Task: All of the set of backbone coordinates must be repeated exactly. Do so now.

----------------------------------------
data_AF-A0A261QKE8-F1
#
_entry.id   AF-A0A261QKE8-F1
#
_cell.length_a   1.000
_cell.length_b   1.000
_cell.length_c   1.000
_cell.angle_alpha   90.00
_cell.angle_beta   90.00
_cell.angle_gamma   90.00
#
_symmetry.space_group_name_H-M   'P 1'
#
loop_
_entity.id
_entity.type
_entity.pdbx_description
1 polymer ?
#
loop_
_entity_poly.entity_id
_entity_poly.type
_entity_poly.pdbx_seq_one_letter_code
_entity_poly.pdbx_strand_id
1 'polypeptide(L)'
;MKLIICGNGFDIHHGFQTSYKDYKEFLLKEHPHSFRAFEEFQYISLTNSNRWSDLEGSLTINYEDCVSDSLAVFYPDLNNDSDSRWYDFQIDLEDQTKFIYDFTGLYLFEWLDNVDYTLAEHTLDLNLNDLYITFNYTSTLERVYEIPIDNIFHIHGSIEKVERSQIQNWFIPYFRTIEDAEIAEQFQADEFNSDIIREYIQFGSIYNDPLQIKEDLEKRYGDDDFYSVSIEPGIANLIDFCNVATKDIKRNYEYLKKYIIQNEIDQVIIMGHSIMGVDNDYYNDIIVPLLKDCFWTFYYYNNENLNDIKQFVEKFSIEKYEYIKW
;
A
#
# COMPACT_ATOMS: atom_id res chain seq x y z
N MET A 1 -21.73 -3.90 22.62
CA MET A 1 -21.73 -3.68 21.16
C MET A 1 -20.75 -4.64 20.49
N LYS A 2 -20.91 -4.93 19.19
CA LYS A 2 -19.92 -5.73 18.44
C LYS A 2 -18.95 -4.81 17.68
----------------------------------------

data_AF-A0A261QKE8-F1
#
_entry.id   AF-A0A261QKE8-F1
#
_cell.length_a   1.000
_cell.length_b   1.000
_cell.length_c   1.000
_cell.angle_alpha   90.00
_cell.angle_beta   90.00
_cell.angle_gamma   90.00
#
_symmetry.space_group_name_H-M   'P 1'
#
loop_
_entity.id
_entity.type
_entity.pdbx_description
1 polymer ?
#
loop_
_entity_poly.entity_id
_entity_poly.type
_entity_poly.pdbx_seq_one_letter_code
_entity_poly.pdbx_strand_id
1 'polypeptide(L)'
;MKLIICGNGFDIHHGFQTSYKDYKEFLLKEHPHSFRAFEEFQYISLTNSNRWSDLEGSLTINYEDCVSDSLAVFYPDLNNDSDSRWYDFQIDLEDQTKFIYDFTGLYLFEWLDNVDYTLAEHTLDLNLNDLYITFNYTSTLERVYEIPIDNIFHIHGSIEKVERSQIQNWFIPYFRTIEDAEIAEQFQADEFNSDIIREYIQFGSIYNDPLQIKEDLEKRYGDDDFYSVSIEPGIANLIDFCNVATKDIKRNYEYLKKYIIQNEIDQVIIMGHSIMGVDNDYYNDIIVPLLKDCFWTFYYYNNENLNDIKQFVEKFSIEKYEYIKW
;
A
#
# COMPACT_ATOMS: atom_id res chain seq x y z
N MET A 1 -21.73 -3.90 22.62
CA MET A 1 -21.73 -3.68 21.16
C MET A 1 -20.75 -4.64 20.49
N LYS A 2 -20.91 -4.93 19.19
CA LYS A 2 -19.92 -5.73 18.44
C LYS A 2 -18.95 -4.81 17.68